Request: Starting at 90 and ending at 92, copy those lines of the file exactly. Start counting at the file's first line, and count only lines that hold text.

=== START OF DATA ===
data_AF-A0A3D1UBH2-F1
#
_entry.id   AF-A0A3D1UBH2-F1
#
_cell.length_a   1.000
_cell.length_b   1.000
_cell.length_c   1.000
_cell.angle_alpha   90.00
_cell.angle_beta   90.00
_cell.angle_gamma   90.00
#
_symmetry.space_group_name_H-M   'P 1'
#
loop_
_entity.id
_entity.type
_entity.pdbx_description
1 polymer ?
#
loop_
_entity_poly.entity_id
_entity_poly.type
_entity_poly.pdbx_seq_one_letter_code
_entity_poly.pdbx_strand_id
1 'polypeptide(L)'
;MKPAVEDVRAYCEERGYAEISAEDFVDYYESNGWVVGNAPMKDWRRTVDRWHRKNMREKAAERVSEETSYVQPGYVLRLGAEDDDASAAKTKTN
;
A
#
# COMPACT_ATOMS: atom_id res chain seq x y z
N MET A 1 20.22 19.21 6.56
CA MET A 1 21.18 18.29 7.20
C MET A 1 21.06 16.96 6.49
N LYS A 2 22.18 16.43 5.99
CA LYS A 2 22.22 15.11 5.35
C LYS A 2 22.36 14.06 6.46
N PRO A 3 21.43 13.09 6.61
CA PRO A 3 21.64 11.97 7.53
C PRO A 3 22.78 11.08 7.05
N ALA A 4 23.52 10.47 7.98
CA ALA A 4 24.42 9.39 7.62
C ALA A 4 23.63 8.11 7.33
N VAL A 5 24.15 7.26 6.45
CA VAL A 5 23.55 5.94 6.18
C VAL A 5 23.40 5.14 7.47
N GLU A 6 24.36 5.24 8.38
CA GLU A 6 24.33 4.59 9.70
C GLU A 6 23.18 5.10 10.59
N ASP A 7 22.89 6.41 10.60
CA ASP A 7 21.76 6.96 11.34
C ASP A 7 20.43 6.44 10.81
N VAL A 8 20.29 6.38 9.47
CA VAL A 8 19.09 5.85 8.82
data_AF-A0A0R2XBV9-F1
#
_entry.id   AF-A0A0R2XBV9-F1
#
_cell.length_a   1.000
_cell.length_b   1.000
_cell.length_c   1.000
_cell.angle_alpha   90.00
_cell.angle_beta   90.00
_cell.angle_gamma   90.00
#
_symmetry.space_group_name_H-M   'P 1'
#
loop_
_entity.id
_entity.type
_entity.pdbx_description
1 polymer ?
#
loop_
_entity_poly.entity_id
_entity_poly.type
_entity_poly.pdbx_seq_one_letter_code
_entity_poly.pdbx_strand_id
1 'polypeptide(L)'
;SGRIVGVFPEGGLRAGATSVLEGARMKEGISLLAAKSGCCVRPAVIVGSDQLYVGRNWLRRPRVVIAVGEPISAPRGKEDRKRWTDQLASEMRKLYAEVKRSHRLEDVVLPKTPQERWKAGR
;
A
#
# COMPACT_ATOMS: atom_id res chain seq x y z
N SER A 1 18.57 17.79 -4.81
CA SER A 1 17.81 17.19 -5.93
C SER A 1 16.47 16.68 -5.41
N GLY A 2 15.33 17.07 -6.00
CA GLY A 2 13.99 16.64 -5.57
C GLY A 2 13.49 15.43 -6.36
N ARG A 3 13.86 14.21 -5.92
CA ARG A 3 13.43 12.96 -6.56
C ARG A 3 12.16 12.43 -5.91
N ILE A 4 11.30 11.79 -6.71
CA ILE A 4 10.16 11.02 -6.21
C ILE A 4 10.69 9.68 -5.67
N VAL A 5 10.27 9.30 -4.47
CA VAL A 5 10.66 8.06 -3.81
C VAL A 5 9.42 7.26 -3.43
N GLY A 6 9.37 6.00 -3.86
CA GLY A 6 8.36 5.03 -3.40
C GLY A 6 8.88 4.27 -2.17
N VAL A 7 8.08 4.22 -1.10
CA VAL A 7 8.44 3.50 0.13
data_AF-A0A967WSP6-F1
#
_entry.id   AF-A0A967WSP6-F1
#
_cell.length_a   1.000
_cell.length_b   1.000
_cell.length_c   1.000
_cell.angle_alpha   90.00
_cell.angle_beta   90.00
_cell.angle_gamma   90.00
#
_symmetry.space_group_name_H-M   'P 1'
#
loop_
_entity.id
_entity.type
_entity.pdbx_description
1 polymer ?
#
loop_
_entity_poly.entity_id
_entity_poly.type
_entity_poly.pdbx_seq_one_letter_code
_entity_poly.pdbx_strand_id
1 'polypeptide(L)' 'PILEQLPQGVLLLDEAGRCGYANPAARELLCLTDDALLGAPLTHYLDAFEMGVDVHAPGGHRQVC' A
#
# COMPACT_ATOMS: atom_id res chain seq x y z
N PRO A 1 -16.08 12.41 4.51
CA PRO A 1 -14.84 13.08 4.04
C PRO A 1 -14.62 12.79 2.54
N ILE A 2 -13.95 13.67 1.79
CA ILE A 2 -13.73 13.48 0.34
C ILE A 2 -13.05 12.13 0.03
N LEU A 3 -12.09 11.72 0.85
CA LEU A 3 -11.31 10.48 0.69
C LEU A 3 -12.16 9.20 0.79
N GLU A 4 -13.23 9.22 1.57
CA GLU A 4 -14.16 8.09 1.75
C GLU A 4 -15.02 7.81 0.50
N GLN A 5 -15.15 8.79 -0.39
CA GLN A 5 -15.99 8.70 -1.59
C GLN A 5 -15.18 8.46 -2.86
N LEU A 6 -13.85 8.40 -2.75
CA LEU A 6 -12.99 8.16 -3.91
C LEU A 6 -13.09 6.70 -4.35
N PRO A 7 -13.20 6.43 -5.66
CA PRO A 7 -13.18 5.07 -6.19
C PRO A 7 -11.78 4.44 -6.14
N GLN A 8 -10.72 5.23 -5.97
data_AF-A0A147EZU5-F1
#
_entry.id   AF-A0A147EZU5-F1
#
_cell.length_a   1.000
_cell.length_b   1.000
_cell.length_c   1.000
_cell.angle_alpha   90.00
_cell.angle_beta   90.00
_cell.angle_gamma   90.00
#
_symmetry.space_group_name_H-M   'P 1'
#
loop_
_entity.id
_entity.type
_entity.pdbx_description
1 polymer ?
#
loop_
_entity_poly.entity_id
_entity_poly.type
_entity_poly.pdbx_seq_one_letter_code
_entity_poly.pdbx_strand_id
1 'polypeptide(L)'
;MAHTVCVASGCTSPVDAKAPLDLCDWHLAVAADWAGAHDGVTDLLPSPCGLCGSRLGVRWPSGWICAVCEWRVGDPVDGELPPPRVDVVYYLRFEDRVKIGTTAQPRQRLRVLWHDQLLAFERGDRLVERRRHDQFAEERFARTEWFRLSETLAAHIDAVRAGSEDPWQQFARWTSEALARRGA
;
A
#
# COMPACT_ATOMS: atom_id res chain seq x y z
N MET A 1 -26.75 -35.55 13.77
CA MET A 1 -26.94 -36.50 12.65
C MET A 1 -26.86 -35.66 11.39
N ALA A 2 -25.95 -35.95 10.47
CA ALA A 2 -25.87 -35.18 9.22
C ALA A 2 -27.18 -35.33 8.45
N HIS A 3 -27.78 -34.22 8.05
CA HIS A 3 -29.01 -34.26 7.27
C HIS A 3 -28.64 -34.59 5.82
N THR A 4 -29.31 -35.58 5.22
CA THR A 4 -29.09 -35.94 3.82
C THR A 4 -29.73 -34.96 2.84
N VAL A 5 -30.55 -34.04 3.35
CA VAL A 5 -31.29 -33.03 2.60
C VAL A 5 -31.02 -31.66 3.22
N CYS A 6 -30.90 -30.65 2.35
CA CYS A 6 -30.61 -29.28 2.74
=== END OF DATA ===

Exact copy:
N ARG A 3 13.86 14.21 -5.92
CA ARG A 3 13.43 12.96 -6.56
C ARG A 3 12.16 12.43 -5.91